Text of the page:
By Erin Geiger Smith
July 2 A U.S. judge on Monday rejected a request
by Samsung Electronics Co. to lift a ban on U.S.
sales of its Galaxy Tab 10.1, dealing a third legal setback to
the South Korean firm in just a week, as it braces for a
make-or-break patent trial later this month with Apple Inc
Apple and Samsung, the world's largest consumer electronics
corporations, are waging legal war in around 10 countries,
accusing each other of patent violations as they vie for
supremacy in a fast-growing market for mobile devices.
U.S. District Judge Lucy Koh in San Jose, California,
rejected Samsung's request to lift her June 26 order to halt
sales of the tablet, which runs on Google Inc's Android
and goes toe-to-toe with the iPad.
Koh also slapped a pre-trial ban on sales of Samsung's
Galaxy Nexus phone on Friday.
Apple sued Samsung last year, accusing the South Korean
electronics maker of "slavishly" copying the iPhone and iPad.
Samsung denies the claim and countersued. The case is due to
come to court this month and could have implications in other
The affected tablets and smartphones are unlikely to have
major impact on Samsung's earnings, as the firm has since
introduced upgraded models. But the back-to-back loss is
significant because pre-trial injunctions are rarely granted.
The two firms' U.S. trial is set on July 30.
"Samsung is disappointed with the court's decision that
denied our motion to stay. We believe today's ruling will
ultimately reduce the availability of superior technological
features to consumers in the United States," Samsung said in a
The district court is not the last chance for Samsung to get
the injunction lifted. Samsung has also appealed to a federal
appeals court in Washington, DC, which has exclusive
jurisdiction over intellectual property disputes.
An Apple spokeswoman reiterated the company's previous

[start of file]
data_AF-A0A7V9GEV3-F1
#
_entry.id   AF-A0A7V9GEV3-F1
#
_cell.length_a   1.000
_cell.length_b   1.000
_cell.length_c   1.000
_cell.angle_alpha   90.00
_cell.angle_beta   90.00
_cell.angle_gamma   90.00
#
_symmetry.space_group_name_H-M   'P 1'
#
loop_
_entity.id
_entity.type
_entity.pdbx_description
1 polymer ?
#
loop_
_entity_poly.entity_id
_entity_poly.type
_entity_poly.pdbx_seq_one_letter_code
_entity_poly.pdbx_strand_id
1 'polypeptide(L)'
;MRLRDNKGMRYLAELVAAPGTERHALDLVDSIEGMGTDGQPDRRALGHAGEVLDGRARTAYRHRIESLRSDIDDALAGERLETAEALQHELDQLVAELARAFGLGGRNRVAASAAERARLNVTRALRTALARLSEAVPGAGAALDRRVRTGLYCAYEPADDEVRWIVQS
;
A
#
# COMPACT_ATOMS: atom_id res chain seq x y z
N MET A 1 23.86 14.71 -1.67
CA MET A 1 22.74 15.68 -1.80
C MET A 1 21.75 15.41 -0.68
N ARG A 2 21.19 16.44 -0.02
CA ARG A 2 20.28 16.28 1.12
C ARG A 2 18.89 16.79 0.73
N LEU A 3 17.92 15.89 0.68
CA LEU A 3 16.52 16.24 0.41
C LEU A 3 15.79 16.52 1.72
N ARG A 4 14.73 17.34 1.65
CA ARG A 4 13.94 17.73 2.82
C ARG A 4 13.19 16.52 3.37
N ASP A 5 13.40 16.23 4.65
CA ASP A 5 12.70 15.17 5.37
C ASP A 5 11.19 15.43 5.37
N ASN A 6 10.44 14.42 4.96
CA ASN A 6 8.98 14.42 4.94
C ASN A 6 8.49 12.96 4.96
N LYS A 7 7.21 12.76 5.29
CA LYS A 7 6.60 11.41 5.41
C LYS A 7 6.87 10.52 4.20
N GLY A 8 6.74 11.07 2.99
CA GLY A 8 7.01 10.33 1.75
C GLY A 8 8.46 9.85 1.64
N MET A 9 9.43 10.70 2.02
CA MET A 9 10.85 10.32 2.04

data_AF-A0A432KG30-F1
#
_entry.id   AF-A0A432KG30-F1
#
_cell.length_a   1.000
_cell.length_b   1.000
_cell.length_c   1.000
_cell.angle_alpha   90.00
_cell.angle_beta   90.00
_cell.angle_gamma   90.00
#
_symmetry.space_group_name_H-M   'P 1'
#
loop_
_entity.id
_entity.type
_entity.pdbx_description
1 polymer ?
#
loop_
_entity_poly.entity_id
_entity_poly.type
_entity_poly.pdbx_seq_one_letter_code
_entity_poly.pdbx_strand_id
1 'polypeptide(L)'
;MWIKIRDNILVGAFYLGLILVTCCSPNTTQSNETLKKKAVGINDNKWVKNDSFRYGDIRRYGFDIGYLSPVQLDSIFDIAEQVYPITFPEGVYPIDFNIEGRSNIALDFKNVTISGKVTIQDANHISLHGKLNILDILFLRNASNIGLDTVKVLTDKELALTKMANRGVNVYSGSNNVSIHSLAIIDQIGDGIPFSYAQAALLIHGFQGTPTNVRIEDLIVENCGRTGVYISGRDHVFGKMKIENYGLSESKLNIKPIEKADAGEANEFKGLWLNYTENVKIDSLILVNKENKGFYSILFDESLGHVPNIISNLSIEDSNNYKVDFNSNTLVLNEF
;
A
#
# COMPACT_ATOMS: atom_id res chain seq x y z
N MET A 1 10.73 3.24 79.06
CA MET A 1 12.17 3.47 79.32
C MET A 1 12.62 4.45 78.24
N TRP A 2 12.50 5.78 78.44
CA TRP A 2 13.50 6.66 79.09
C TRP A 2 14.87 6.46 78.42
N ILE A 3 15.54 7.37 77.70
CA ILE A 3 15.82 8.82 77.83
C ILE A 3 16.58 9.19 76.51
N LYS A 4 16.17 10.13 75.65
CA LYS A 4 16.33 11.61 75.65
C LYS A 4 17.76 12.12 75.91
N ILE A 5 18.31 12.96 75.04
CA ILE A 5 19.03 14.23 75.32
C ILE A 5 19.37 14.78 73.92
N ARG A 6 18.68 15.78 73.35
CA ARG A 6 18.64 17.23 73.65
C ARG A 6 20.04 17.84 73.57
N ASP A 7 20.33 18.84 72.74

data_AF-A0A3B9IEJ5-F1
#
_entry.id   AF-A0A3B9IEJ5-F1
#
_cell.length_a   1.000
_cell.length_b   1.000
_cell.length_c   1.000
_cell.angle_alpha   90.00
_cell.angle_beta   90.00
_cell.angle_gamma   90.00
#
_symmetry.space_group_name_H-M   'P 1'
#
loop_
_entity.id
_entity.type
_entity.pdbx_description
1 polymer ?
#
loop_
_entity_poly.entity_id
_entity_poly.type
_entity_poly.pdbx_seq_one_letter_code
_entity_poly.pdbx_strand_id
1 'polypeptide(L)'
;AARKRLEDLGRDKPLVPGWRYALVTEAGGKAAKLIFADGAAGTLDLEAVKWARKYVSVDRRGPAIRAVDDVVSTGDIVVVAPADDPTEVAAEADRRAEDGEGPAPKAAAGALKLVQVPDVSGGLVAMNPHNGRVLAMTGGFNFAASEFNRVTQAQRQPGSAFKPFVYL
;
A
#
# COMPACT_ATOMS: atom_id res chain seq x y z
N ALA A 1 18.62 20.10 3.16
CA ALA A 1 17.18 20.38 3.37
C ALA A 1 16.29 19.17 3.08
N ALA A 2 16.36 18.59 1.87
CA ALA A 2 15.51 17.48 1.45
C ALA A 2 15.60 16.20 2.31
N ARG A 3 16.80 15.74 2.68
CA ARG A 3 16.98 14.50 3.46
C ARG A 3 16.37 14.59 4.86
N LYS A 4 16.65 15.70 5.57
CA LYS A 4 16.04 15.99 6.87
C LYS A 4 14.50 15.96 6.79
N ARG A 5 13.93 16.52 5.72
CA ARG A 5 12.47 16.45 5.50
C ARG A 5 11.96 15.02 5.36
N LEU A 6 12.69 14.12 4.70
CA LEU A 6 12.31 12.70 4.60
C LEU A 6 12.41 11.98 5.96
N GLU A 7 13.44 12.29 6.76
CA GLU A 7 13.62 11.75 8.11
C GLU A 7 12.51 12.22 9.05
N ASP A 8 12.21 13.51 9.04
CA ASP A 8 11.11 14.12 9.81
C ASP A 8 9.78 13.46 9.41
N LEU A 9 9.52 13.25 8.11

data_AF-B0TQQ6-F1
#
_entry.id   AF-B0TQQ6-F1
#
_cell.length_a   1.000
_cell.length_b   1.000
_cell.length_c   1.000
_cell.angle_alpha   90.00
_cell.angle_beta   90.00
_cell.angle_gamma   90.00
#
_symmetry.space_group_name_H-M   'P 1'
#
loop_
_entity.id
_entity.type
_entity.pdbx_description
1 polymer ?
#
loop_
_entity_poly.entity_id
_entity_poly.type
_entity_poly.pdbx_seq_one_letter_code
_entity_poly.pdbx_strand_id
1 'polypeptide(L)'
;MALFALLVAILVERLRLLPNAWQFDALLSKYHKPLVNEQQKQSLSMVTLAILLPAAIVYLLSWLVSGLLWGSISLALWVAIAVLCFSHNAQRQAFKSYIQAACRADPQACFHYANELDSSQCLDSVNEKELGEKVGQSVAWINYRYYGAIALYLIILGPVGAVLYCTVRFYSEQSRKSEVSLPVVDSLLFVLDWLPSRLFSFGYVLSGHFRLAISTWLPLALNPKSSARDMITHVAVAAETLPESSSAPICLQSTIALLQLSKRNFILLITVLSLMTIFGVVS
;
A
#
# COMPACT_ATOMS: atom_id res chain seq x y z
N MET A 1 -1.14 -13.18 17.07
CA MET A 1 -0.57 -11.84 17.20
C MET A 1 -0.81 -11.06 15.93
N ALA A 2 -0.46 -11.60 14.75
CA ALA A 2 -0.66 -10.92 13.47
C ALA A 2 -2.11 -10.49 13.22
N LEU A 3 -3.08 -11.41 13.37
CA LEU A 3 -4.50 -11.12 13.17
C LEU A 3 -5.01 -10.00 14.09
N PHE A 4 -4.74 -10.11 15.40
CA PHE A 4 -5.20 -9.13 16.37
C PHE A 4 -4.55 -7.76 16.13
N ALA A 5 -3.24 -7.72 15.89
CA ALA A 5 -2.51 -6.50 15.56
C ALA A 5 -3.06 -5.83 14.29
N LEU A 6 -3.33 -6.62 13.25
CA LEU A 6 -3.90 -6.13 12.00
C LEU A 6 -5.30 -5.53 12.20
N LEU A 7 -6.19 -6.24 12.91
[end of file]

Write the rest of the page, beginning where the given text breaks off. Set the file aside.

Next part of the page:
comment that Samsung's latest products look a lot like the
iPhone and iPad.
"This kind of blatant copying is wrong and, as we've said
many times before, we need to protect Apple's intellectual
property when companies steal our ideas," the spokeswoman said.
Samsung's Galaxy touchscreen tablets are considered by many
industry experts to be the main rival to the iPad, though they
are currently a distant second to Apple's devices. Microsoft
and Google are also preparing tablet offerings.
Apple sold 13.6 million iPads in January-March to control 63
percent of the global tablet market, according to research from
Display Search. Samsung sold 1.6 million tablets, giving it 7.5
percent of the market.
Samsung, which has various tablet line-ups with different
sizes from 7 inches to 10.1 inches (17.8-25.7 cm), introduced
the Galaxy Tab 10.1 in June last year and unveiled an upgraded
version, the Galaxy Tab 10.1 II, in May.
In smartphones, the banned Galaxy Nexus was introduced late
last year, and Apple is also seeking a preliminary injunction of
the Galaxy S III, the third generation of Samsung's flagship
smartphone, which went on sale late last month in the U.S.
"The impact on Samsung is limited as shipment volume of
Galaxy Tab 10.1 and Nexus are quite small," said Lee Sun-tae, an
analyst at NH Investment & Securities.
"Even if Apple wins an injunction request on Galaxy S III,
Samsung will have plenty of time to get around it, as it
normally takes quite a long time for a court to process such
The case is U.S. District Court, Northern District of
California, is Apple Inc v. Samsung Electronics Co Ltd et al,